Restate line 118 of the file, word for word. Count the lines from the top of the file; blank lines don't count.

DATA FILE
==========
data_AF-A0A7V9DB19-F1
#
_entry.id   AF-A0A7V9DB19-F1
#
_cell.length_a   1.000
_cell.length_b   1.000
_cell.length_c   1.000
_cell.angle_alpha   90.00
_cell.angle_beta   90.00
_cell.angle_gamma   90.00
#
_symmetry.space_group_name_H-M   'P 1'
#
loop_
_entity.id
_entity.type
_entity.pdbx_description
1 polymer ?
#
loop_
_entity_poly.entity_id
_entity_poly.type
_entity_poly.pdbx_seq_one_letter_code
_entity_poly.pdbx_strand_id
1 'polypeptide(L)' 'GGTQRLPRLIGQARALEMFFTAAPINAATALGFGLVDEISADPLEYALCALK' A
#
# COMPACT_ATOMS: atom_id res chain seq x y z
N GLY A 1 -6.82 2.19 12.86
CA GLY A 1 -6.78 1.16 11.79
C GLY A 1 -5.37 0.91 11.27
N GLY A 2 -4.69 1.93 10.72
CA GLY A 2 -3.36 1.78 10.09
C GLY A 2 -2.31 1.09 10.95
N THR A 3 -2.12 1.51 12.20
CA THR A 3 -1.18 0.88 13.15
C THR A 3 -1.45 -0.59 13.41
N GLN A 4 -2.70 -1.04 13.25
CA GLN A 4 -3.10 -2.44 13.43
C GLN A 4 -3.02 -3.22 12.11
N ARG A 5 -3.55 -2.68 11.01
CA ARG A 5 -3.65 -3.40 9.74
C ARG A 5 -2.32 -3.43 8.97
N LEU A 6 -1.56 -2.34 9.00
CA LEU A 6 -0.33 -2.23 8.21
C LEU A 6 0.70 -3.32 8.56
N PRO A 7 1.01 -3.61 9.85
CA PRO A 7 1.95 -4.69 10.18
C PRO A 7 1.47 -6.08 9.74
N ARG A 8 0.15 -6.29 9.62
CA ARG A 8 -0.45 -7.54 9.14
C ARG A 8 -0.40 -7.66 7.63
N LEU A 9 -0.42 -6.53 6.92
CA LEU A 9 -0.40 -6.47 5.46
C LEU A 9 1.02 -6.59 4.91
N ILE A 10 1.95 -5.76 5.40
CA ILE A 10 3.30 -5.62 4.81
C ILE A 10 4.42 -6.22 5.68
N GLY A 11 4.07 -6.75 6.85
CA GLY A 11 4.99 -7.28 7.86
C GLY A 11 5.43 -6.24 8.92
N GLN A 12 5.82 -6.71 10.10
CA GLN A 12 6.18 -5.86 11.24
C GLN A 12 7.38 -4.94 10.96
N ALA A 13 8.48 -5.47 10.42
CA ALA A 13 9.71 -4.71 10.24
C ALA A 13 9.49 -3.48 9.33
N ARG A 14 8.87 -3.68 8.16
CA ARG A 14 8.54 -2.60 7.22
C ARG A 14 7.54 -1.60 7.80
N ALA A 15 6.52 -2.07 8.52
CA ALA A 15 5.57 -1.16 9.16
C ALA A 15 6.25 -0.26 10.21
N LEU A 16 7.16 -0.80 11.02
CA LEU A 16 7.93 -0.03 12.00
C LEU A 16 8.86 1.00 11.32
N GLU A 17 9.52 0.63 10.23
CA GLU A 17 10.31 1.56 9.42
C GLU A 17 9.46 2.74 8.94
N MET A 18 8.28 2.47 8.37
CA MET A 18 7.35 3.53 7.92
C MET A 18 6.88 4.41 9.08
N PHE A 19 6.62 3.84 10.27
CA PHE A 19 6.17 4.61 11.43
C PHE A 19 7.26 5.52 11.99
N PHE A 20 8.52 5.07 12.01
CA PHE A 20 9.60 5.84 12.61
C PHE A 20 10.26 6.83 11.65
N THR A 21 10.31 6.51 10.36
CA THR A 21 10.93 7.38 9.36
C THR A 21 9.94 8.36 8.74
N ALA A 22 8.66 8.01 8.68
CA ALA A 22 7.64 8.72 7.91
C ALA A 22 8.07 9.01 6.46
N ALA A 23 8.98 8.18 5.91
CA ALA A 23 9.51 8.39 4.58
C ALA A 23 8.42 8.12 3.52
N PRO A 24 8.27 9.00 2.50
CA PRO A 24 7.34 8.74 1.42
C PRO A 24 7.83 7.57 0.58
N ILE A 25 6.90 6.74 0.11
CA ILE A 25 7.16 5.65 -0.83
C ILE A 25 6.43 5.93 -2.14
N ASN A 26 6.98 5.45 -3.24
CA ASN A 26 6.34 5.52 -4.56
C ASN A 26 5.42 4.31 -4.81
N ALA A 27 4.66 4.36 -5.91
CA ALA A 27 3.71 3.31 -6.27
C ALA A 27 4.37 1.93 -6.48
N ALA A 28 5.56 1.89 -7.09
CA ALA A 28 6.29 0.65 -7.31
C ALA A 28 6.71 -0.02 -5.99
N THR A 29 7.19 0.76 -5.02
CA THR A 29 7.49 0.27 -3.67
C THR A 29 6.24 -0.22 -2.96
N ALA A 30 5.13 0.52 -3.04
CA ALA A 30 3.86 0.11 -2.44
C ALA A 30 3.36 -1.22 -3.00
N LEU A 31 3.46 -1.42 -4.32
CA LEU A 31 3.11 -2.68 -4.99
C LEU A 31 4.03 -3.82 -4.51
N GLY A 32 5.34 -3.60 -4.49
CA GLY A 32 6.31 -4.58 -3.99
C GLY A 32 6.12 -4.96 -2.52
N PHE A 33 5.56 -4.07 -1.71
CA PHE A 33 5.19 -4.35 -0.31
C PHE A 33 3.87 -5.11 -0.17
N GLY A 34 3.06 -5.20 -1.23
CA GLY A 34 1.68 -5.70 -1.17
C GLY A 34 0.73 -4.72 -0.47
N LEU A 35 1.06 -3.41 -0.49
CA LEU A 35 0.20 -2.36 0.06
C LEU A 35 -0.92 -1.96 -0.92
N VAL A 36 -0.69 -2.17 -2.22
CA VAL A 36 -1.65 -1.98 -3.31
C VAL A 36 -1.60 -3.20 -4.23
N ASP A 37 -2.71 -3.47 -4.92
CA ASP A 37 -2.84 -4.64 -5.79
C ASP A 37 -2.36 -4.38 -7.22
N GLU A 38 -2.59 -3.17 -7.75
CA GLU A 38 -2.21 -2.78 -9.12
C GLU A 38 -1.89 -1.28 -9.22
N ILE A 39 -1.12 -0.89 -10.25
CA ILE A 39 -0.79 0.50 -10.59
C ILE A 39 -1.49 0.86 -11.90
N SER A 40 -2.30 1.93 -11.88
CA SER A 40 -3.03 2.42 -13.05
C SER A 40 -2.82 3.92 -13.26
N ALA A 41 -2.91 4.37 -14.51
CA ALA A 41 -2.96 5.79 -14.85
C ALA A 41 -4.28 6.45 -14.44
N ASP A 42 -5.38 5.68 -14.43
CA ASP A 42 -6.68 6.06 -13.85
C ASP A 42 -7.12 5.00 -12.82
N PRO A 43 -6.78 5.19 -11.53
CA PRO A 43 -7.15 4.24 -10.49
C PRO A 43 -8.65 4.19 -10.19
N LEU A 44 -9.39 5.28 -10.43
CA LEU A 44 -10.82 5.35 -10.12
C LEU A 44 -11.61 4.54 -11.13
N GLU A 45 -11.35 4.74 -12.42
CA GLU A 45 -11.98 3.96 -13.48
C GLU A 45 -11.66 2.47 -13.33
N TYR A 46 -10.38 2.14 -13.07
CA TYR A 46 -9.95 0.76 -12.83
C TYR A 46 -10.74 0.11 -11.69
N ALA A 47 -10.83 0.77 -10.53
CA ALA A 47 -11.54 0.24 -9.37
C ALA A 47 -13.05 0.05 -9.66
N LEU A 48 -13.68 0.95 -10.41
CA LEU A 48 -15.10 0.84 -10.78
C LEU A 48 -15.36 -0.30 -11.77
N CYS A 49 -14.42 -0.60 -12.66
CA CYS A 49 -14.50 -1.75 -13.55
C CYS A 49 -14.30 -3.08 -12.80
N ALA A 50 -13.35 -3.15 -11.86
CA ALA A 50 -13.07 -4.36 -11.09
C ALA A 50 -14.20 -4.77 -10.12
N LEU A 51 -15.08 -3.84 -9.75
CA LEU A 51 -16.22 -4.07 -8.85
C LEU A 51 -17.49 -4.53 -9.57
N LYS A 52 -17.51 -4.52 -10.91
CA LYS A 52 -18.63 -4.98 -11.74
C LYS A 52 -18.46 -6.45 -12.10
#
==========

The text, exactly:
N LEU A 31 3.46 -1.42 -4.32